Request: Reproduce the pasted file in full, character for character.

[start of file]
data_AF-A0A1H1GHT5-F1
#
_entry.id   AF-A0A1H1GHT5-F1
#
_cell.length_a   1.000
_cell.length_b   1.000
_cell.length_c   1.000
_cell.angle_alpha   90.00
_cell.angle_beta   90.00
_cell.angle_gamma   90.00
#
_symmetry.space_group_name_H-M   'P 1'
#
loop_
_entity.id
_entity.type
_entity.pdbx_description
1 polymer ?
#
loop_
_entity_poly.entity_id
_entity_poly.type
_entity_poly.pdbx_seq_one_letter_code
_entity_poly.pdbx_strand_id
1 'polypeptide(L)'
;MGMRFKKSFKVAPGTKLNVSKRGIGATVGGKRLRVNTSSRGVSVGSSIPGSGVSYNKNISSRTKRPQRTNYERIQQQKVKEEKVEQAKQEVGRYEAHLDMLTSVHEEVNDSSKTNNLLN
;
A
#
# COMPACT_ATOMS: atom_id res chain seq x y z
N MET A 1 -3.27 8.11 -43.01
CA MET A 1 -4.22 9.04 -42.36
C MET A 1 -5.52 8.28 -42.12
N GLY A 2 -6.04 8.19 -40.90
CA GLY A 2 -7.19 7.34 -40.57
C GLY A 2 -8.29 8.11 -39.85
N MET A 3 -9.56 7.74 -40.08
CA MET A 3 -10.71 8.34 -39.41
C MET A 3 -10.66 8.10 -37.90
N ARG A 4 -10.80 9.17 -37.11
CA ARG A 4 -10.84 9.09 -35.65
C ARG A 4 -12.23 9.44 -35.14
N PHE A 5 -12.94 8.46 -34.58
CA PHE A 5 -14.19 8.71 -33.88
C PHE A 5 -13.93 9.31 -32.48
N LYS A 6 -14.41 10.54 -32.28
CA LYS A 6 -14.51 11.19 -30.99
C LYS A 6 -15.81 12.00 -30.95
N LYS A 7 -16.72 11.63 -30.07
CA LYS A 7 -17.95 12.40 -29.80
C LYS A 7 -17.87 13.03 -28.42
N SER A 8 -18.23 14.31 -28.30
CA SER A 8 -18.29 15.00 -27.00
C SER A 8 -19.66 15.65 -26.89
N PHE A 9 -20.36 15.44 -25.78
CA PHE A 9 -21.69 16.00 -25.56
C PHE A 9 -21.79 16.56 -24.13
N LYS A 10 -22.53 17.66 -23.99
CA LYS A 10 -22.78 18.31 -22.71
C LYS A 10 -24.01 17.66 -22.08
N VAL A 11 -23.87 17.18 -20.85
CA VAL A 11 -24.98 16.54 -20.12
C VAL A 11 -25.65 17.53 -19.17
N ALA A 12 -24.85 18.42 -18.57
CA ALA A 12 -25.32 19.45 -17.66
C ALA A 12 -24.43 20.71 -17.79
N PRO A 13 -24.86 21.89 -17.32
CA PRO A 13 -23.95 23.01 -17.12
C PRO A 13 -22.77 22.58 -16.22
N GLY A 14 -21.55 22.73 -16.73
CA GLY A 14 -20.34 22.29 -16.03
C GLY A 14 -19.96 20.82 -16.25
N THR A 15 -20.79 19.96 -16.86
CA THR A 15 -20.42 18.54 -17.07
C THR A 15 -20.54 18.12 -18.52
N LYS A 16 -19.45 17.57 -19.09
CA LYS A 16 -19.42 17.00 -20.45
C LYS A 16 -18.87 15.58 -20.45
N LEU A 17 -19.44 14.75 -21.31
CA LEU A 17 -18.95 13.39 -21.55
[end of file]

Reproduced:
data_AF-A0A1H1GHT5-F1
#
_entry.id   AF-A0A1H1GHT5-F1
#
_cell.length_a   1.000
_cell.length_b   1.000
_cell.length_c   1.000
_cell.angle_alpha   90.00
_cell.angle_beta   90.00
_cell.angle_gamma   90.00
#
_symmetry.space_group_name_H-M   'P 1'
#
loop_
_entity.id
_entity.type
_entity.pdbx_description
1 polymer ?
#
loop_
_entity_poly.entity_id
_entity_poly.type
_entity_poly.pdbx_seq_one_letter_code
_entity_poly.pdbx_strand_id
1 'polypeptide(L)'
;MGMRFKKSFKVAPGTKLNVSKRGIGATVGGKRLRVNTSSRGVSVGSSIPGSGVSYNKNISSRTKRPQRTNYERIQQQKVKEEKVEQAKQEVGRYEAHLDMLTSVHEEVNDSSKTNNLLN
;
A
#
# COMPACT_ATOMS: atom_id res chain seq x y z
N MET A 1 -3.27 8.11 -43.01
CA MET A 1 -4.22 9.04 -42.36
C MET A 1 -5.52 8.28 -42.12
N GLY A 2 -6.04 8.19 -40.90
CA GLY A 2 -7.19 7.34 -40.57
C GLY A 2 -8.29 8.11 -39.85
N MET A 3 -9.56 7.74 -40.08
CA MET A 3 -10.71 8.34 -39.41
C MET A 3 -10.66 8.10 -37.90
N ARG A 4 -10.80 9.17 -37.11
CA ARG A 4 -10.84 9.09 -35.65
C ARG A 4 -12.23 9.44 -35.14
N PHE A 5 -12.94 8.46 -34.58
CA PHE A 5 -14.19 8.71 -33.88
C PHE A 5 -13.93 9.31 -32.48
N LYS A 6 -14.41 10.54 -32.28
CA LYS A 6 -14.51 11.19 -30.99
C LYS A 6 -15.81 12.00 -30.95
N LYS A 7 -16.72 11.63 -30.07
CA LYS A 7 -17.95 12.40 -29.80
C LYS A 7 -17.87 13.03 -28.42
N SER A 8 -18.23 14.31 -28.30
CA SER A 8 -18.29 15.00 -27.00
C SER A 8 -19.66 15.65 -26.89
N PHE A 9 -20.36 15.44 -25.78
CA PHE A 9 -21.69 16.00 -25.56
C PHE A 9 -21.79 16.56 -24.13
N LYS A 10 -22.53 17.66 -23.99
CA LYS A 10 -22.78 18.31 -22.71
C LYS A 10 -24.01 17.66 -22.08
N VAL A 11 -23.87 17.18 -20.85
CA VAL A 11 -24.98 16.54 -20.12
C VAL A 11 -25.65 17.53 -19.17
N ALA A 12 -24.85 18.42 -18.57
CA ALA A 12 -25.32 19.45 -17.66
C ALA A 12 -24.43 20.71 -17.79
N PRO A 13 -24.86 21.89 -17.32
CA PRO A 13 -23.95 23.01 -17.12
C PRO A 13 -22.77 22.58 -16.22
N GLY A 14 -21.55 22.73 -16.73
CA GLY A 14 -20.34 22.29 -16.03
C GLY A 14 -19.96 20.82 -16.25
N THR A 15 -20.79 19.96 -16.86
CA THR A 15 -20.42 18.54 -17.07
C THR A 15 -20.54 18.12 -18.52
N LYS A 16 -19.45 17.57 -19.09
CA LYS A 16 -19.42 17.00 -20.45
C LYS A 16 -18.87 15.58 -20.45
N LEU A 17 -19.44 14.75 -21.31
CA LEU A 17 -18.95 13.39 -21.55